son River Railroad. According to this ruling
of the New York Coarts, if the railroad com
pany carry a man for nothing, it has a right to
maim or kill bim without being liable. It baa
teen decided iv one of the Count of Pennsyl
vania, that a railroad company was bound
lv carry au individual safely, e.veu ifil does
carry him free, and this is common sense, aud
ought tebegood law. Thos* who travel upon
lie*ua*s*«ar*supposed to receive suchpa****
for an equiv *l«u t of aom* kind, and are, there
fore, emitted to th. same protection as other
petaeagera.
Hoa Ferdinand S. Schenek, a prominent
public man of New Jersey, died on the loth
last,.
Taa Ibimh F._ODoK._Th* English papers
ere noticing tbe remarkable ezodn* from Ire
land now taking place. The London Times
•ay*:
The Irish emigration still continues at a
rate which threatens results far beyond the
calculations of tbe economist perhaps even
tbe wishes of the statesman. It is no longer
the overflow of a vessel full to repletion, bnt
the operation ot a syphon which drains to the
very bottom. If tbat syphon may be regarded
in any visible form, it is tbe railway system,
which, in the eyes of every Irishman, appear*
to hay* one common terminus across the At
lantic. He sees trains of hopeful, if aot hap
py, faces going off to tbe Land of Promiee,
from wbicb friends and relations have sent
not only invitation*, bnt the means of accept
ing tbem. A train starts to catch an emigrant
vessel as regularly as in England to catch a
steamer across tbe channel. Tbe emigrant
ships have no longer to peep into every little
port to pick up their passengers. They as
semble at ('ork, aud pass in a continuous
stream, if it may be so called, across that
ocean which, wide as it be, Is easier to an
Irishman than the golf which divides him
from England. At present it cannot be said
thai there Ipnves Ireland as much as the na
tural increase, but the causes in operation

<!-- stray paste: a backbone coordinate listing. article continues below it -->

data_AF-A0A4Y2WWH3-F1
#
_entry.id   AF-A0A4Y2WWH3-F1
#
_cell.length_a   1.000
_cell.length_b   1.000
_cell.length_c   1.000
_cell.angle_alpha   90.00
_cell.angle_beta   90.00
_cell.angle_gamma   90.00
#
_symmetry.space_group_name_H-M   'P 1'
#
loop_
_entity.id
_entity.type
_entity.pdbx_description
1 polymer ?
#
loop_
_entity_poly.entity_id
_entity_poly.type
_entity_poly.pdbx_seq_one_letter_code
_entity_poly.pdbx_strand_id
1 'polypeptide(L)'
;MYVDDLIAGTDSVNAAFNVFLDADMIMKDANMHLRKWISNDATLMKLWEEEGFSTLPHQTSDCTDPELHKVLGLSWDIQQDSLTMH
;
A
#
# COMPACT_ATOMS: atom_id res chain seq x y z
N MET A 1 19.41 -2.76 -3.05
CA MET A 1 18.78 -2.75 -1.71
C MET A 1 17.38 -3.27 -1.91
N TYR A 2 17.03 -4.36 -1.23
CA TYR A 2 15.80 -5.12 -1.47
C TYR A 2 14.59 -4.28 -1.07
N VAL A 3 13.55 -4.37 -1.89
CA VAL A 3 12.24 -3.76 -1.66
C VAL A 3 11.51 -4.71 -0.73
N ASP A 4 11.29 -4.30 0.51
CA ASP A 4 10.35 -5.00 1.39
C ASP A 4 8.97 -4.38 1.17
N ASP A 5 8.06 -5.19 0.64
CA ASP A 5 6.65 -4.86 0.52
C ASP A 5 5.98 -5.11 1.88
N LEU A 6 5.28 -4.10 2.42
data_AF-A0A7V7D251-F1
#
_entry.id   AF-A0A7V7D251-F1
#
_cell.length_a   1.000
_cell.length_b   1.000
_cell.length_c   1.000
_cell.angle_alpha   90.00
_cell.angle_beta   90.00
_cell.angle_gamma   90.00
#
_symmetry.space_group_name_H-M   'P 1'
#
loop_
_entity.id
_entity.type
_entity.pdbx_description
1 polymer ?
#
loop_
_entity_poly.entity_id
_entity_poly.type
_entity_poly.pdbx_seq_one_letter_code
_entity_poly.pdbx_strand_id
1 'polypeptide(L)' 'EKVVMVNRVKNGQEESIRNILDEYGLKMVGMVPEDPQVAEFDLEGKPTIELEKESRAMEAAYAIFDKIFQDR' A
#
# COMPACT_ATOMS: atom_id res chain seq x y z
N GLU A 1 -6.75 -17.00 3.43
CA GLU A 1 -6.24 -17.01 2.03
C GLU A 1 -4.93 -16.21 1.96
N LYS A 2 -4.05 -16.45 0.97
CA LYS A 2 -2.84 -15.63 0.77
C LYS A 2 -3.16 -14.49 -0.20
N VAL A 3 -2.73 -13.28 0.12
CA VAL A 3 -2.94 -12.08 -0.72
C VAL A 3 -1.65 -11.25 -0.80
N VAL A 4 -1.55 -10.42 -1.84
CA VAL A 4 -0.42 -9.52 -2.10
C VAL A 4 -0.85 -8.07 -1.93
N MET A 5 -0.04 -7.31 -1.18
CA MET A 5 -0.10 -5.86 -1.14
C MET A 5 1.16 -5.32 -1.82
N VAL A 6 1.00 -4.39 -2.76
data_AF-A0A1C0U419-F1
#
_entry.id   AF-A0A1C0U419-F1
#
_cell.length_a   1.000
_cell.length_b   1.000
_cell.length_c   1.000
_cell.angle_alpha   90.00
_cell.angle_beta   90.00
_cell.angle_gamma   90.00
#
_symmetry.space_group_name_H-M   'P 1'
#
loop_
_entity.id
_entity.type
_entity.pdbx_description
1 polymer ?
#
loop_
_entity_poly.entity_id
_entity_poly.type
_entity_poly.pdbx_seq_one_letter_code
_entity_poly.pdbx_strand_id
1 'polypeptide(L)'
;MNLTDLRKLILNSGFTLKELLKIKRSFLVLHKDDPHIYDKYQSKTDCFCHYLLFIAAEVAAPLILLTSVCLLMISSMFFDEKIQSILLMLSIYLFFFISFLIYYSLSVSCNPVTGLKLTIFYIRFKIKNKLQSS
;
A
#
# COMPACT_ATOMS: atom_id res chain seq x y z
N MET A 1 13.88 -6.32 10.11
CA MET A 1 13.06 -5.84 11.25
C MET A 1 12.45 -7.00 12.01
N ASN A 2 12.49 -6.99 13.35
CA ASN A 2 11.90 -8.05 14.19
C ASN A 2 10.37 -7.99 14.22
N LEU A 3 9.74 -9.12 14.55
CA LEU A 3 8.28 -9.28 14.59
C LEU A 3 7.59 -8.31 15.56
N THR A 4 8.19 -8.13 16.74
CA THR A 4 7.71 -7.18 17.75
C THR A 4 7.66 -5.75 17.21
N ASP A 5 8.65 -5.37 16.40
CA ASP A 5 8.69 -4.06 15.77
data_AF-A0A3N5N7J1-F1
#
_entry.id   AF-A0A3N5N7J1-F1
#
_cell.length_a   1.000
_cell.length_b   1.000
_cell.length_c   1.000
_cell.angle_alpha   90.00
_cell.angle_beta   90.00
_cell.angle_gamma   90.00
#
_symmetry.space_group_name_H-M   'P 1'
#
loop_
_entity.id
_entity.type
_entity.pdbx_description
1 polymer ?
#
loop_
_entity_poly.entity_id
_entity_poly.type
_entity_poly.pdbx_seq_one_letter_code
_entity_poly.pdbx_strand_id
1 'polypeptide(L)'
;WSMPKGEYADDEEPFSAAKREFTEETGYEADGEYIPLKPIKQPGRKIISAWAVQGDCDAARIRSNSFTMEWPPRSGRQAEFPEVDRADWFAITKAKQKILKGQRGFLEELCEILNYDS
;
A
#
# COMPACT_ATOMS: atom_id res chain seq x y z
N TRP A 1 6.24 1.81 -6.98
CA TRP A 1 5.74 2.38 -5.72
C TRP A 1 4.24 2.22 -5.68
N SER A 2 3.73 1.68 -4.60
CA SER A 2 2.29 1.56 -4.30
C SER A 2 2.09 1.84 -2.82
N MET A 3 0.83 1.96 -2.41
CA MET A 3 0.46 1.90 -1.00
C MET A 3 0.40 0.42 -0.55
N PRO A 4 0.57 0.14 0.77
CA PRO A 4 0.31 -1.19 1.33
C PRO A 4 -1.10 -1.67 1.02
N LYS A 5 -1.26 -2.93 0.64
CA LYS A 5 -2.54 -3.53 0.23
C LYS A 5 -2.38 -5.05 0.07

are nut unlikely to make it exceed ihatrate.
As the small holdings are thrown into larger,
and the farm grows to the English scale, there
must bo numbers everywhere bred to the oc
cupation of land, and with all the ideas
adapted to it, but unable to gat holdings that
will require little or no car iial Tney go
across the Atlantic, as a matter of course.-—
Brothers, uncles and neighbors have gone
long before, and send, not only good news, but
the substantial pledgcof its truth in the shape
of orders on Irish banks. In Ireland the
remark is, that these are welcome to go. They
are the Irish surplus. They constitute the
storehouse of independent enterprise, which
Providence would seem to have prepared
through long ages for the peopling of the New
World. But there is a class who are not bid
"liod speed" quite so cheerfully. Laborers
thai is, men with strong sli.ews and thews,
who can do a good day's workand are content
to receive wages, are, as they always have
been, the chief want of Ireland. The new
rac of farmers do not like to see them go —
Bin who cau pick and choose iv human af
fairs t There are good, easy souls, who enter
life, with this speculation, wuoexpect in every
thing the fruit without the husk, the meat
without the bone, the sweet without the sour
the harvest without the tillage. In Ireland
they exiwct a good farm, a good house, a good
landlord and some good laborers, who shall
come when wanted and do a good day's work.
But the postman knocks at all doors, and
brings to these as well as their prouder neigh
bors, letters and remittances, and good ac
counts from the Western States; so off they
go, leaving the new tenant farmers to manage
as well a* they can.
Thr Adriatic Abroad—The noble steam
ship Adriatic i« creating quite a sensation at
Havre. The Courrier dv Havre of May Ist
says that Capt. Comstock had invited a num
ber of the prominent citizens of the place to
visit his magnificent vessel. The editor was
among the party, and says:
■•Our recent visit te the Adriatic leaves us
impressed wiih two sentiments: The first,
that of a profound admiration for the genius
of the inventors who have successively de
signed these powerful vessels, and also for the
energy of a nation which, owing to its spirit